When Lawyers Challenge the Credibility of an Allegedly Abused Child
In child abuse cases, the testimony of an allegedly abused child may be relied upon to help fact-finders (such as hearing officers in CACI grievance hearings) reach an informed conclusion. In a bid to clear their clients’ names, it’s not uncommon for defense lawyers to challenge the credibility of child witnesses. They do this by asking the child credibility-challenging questions during cross-examination.
Here we outline the credibility-challenging questions that defense lawyers may focus on to discredit an allegedly abused child’s testimony, and how children respond to these questions.Challenge Type and Content
The testimonial competence of children has always been a hot topic in the legal profession. While the testimonies of child witnesses is admissible in legal proceedings, it’s their credibility that may be tested. Credibility challenges for child witnesses vary by type and content. (See Zsofia Szojka, Samantha J. Andrews, Michael E. Lamb, Stacia N. Stolzenberg, Thomas D. Lyon. Challenging the Credibility of Alleged Victims of Child Sexual Abuse in Scottish Courts. Univ. of Southern California Law School. Legal Studies Working Paper Series. 2016. Paper 233.)
The credibility-challenging questions that defense lawyers ask allegedly abused children can either be general or specific. The general questions are aimed at casting a doubt in a child witness’s testimony by alleging, for instance, that the child is untruthful or insincere. Specific credibility-challenging questions are often intended to draw inconsistencies between the child’s present and past statements.
General credibility-challenging defenses can be further broken down into eight subcategories. These are:
- Positive relationship with the defendant
- Memory recall problems
- Underage drinking
- Adult influence over the minor
- History of bad conduct or behavior
- Consent to sexual engagement with the accused
- Accusations of dishonesty
Specific challenges focus on pointing out omissions or additions to details relative to the statements made by a child under oath. Here, defense lawyers look for contradictions between the witness’s current and previous testimonies.
The sources of contradictions include:
- Physical or documentary evidence
- Statements made by children during legal proceedings
- Statements made by children during forensic interviews
- Other witnesses’ accounts
The content of witness credibility-challenging questions can be either central or peripheral. Central content is intended to understand the exact context in which a child was abused. The defense lawyer will want to know:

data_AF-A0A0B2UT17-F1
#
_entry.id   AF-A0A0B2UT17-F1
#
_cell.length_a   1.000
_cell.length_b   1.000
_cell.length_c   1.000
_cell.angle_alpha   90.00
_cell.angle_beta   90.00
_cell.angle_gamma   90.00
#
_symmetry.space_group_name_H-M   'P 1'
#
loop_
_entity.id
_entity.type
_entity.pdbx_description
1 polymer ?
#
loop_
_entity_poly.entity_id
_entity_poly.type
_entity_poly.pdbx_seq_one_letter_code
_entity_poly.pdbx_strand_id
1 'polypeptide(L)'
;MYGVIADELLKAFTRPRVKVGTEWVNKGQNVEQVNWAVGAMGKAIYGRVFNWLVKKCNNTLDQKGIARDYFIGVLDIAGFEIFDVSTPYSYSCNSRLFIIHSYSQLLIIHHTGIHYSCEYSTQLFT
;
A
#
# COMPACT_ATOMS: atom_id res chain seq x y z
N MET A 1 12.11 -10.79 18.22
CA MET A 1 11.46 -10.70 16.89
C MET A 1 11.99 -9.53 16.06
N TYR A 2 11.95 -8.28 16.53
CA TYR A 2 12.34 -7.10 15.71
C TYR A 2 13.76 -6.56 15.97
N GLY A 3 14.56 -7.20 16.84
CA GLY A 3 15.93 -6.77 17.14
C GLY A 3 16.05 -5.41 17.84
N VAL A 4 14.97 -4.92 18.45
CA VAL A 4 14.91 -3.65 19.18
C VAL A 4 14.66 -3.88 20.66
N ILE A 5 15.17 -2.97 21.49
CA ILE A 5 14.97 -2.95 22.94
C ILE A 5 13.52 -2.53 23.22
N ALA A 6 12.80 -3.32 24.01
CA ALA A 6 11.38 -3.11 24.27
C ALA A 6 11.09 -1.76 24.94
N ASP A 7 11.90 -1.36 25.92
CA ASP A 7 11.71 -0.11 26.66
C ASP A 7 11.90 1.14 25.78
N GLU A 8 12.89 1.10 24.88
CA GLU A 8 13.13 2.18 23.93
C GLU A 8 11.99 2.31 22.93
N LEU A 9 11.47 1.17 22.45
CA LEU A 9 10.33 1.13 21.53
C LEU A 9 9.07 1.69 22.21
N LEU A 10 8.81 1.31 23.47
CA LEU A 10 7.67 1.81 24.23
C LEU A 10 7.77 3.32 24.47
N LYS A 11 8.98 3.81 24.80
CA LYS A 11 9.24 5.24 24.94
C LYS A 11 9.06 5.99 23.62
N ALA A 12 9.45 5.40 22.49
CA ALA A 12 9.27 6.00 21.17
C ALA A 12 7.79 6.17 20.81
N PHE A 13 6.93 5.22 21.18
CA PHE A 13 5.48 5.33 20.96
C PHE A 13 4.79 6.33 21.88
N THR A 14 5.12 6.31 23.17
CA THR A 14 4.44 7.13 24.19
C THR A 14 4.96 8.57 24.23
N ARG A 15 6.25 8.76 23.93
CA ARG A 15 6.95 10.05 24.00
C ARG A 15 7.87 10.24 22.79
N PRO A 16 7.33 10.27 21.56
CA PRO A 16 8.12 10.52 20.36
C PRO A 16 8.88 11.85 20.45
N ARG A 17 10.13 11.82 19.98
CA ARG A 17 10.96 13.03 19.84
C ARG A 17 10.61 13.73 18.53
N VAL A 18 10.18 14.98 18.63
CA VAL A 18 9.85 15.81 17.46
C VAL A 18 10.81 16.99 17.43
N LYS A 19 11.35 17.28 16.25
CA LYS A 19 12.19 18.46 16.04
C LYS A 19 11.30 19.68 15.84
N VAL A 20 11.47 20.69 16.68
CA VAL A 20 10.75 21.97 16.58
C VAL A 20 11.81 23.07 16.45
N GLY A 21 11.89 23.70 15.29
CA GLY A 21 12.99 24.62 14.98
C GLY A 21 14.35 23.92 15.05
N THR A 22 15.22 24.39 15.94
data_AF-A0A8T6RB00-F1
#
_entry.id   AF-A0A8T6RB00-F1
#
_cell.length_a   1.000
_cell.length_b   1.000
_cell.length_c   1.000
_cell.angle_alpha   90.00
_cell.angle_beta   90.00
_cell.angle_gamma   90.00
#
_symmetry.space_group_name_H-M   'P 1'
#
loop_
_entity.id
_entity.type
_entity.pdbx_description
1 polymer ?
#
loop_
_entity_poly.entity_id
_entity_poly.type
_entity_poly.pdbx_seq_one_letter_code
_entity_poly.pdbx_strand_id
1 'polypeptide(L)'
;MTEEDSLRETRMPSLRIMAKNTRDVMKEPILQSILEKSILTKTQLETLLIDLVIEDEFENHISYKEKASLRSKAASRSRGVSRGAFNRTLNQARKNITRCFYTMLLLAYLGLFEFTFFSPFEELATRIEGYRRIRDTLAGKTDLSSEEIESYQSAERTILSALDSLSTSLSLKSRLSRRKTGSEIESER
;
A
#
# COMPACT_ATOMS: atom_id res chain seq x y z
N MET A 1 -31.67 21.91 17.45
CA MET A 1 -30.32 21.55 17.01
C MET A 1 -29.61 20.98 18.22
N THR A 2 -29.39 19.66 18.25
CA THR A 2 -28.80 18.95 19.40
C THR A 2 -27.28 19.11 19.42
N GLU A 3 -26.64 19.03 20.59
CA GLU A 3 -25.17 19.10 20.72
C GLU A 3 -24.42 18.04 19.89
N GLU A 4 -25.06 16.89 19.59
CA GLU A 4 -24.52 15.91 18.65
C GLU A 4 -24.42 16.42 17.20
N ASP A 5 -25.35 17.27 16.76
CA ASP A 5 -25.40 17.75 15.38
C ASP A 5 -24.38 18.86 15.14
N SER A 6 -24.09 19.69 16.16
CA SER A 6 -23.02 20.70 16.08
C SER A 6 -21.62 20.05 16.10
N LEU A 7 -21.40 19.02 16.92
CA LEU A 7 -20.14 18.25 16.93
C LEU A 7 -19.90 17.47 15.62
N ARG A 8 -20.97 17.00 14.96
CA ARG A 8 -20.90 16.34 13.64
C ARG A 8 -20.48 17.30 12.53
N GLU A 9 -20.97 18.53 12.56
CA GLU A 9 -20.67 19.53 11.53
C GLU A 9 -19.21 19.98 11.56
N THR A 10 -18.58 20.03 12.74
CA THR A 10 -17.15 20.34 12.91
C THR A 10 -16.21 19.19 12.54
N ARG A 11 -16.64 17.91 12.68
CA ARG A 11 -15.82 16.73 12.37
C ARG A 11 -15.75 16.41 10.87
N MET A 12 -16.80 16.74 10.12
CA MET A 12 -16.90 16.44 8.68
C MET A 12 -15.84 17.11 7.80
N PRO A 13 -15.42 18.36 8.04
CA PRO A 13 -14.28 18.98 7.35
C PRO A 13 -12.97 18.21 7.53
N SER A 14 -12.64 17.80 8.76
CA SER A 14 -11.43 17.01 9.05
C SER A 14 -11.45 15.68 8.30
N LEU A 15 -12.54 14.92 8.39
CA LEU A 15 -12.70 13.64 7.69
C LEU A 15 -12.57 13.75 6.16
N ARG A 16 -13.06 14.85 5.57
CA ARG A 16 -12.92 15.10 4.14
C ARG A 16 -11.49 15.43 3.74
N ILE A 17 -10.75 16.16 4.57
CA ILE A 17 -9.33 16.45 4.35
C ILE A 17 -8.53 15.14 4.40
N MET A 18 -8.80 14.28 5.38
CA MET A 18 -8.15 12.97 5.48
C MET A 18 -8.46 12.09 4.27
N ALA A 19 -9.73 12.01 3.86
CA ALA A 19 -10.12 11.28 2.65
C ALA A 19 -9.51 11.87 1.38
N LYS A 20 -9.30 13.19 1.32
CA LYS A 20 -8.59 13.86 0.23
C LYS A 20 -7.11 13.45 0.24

- The events that led up to the abuse
- How the abuse happened
- What happened immediately after the abuse
- How details of the abuse were communicated
Peripheral content addresses the non-essential details of the incident. These include:
- Reasons for lying – a child may lie because they want to protect an adult that has influence over them
- Descriptions of thought – this may focus on the child’s choice of words when describing an incident of abuse
- Non-plot related recollections of location, time, and events
How children respond to credibility-challenging questions influences the legal system’s decision to use or discredit their evidence.Understanding How Children Respond to Credibility-Challenging Questions
Like adult witnesses, child witnesses also respond to credibility challenges. Children’s responses to credibility challenges can be categorized as:
- “Don’t know/remember” – when a child witness avoids agreeing or disagreeing with the questioner’s suggestion by simply saying that they can’t recall something
- Compliant – when a child witness affirms the questioner’s insinuation and casts doubt on their credibility
- Resistant – when a child witness disapproves of the questioner’s suggestion that they consented to something
- Non-relevant – when a child witness doesn’t give a direct answer to the question that they’re asked
Child witnesses’ responses may vary depending on their age, when the alleged abuse happened, and how long it has taken for trial proceedings to commence. However, there’s no statistically significant difference in the number of credibility-challenging questions that both younger and older children get asked. Also, child witnesses have an equal ability to resist challenges to their credibility regardless of their age.
Child witnesses exhibit a high level of resistance to questions focused on central context and general challenges when they understand the aim of credibility-challenging questions directed at them. However, these witnesses show less resistance and more compliance with specific challenges and challenges focused on peripheral content.
It’s important to point out that many factors may affect a child witness’s compliance or resistance to the question’s credibility-challenging questions. However, their capacity to recall past events accurately is what mainly influences their responses.There’s a Need to Protect Victims of Child Abuse From Post-Legal Process Trauma
While all children have an equal capacity to resist questions that are aimed at discrediting their credibility as witnesses in child abuse cases, not all credibility-challenging questions are age-appropriate. Despite the fact that there’s a general consensus among legal professionals that the rules for cross-examining children during the legal proceedings should be relaxed a little, one shouldn’t forget that the point of the proceeding is, above all, to reach the truth. It’s important to ensure that the trier of fact (i.e., the hearing officer in a CACI grievance hearing), doesn’t make something else the primary objective, such as the goal of shielding a child from pointed examination for fear of emotionally scarring the child.